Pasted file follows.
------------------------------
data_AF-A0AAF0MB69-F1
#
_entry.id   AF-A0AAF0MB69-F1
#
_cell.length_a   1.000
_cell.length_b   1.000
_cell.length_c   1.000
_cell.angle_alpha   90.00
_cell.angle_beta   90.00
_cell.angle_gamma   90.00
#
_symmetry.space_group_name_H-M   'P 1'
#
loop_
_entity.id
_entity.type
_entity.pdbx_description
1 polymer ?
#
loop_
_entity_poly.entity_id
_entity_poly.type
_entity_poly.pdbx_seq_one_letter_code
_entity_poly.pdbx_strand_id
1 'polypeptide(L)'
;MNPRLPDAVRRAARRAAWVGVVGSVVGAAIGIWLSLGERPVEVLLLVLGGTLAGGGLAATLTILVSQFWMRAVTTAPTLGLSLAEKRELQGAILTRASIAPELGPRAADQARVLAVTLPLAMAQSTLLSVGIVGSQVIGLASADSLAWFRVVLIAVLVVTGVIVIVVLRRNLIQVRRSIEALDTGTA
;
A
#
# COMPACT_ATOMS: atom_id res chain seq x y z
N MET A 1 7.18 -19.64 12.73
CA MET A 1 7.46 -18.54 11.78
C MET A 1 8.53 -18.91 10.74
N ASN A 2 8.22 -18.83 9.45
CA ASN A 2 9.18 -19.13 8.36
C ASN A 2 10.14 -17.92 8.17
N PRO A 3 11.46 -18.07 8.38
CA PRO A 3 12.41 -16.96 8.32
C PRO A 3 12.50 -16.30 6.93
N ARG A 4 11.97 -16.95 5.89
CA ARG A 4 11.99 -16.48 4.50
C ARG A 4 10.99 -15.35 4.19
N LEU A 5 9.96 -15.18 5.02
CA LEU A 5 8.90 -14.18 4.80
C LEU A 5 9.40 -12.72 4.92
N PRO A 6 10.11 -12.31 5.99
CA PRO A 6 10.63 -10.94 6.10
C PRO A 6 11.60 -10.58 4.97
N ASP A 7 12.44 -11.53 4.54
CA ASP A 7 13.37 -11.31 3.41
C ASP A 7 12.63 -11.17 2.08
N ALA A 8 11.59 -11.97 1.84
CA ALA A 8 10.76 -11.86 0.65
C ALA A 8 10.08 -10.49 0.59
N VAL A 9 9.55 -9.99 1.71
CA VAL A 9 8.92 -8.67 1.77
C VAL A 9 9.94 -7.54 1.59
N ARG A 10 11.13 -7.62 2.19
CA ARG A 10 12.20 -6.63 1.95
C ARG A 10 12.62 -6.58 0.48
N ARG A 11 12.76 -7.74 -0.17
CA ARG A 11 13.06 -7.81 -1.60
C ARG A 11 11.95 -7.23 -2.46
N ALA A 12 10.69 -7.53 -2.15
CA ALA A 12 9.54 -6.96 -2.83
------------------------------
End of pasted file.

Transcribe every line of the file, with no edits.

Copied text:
data_AF-A0AAF0MB69-F1
#
_entry.id   AF-A0AAF0MB69-F1
#
_cell.length_a   1.000
_cell.length_b   1.000
_cell.length_c   1.000
_cell.angle_alpha   90.00
_cell.angle_beta   90.00
_cell.angle_gamma   90.00
#
_symmetry.space_group_name_H-M   'P 1'
#
loop_
_entity.id
_entity.type
_entity.pdbx_description
1 polymer ?
#
loop_
_entity_poly.entity_id
_entity_poly.type
_entity_poly.pdbx_seq_one_letter_code
_entity_poly.pdbx_strand_id
1 'polypeptide(L)'
;MNPRLPDAVRRAARRAAWVGVVGSVVGAAIGIWLSLGERPVEVLLLVLGGTLAGGGLAATLTILVSQFWMRAVTTAPTLGLSLAEKRELQGAILTRASIAPELGPRAADQARVLAVTLPLAMAQSTLLSVGIVGSQVIGLASADSLAWFRVVLIAVLVVTGVIVIVVLRRNLIQVRRSIEALDTGTA
;
A
#
# COMPACT_ATOMS: atom_id res chain seq x y z
N MET A 1 7.18 -19.64 12.73
CA MET A 1 7.46 -18.54 11.78
C MET A 1 8.53 -18.91 10.74
N ASN A 2 8.22 -18.83 9.45
CA ASN A 2 9.18 -19.13 8.36
C ASN A 2 10.14 -17.92 8.17
N PRO A 3 11.46 -18.07 8.38
CA PRO A 3 12.41 -16.96 8.32
C PRO A 3 12.50 -16.30 6.93
N ARG A 4 11.97 -16.95 5.89
CA ARG A 4 11.99 -16.48 4.50
C ARG A 4 10.99 -15.35 4.19
N LEU A 5 9.96 -15.18 5.02
CA LEU A 5 8.90 -14.18 4.80
C LEU A 5 9.40 -12.72 4.92
N PRO A 6 10.11 -12.31 5.99
CA PRO A 6 10.63 -10.94 6.10
C PRO A 6 11.60 -10.58 4.97
N ASP A 7 12.44 -11.53 4.54
CA ASP A 7 13.37 -11.31 3.41
C ASP A 7 12.63 -11.17 2.08
N ALA A 8 11.59 -11.97 1.84
CA ALA A 8 10.76 -11.86 0.65
C ALA A 8 10.08 -10.49 0.59
N VAL A 9 9.55 -9.99 1.71
CA VAL A 9 8.92 -8.67 1.77
C VAL A 9 9.94 -7.54 1.59
N ARG A 10 11.13 -7.62 2.19
CA ARG A 10 12.20 -6.63 1.95
C ARG A 10 12.62 -6.58 0.48
N ARG A 11 12.76 -7.74 -0.17
CA ARG A 11 13.06 -7.81 -1.60
C ARG A 11 11.95 -7.23 -2.46
N ALA A 12 10.69 -7.53 -2.15
CA ALA A 12 9.54 -6.96 -2.83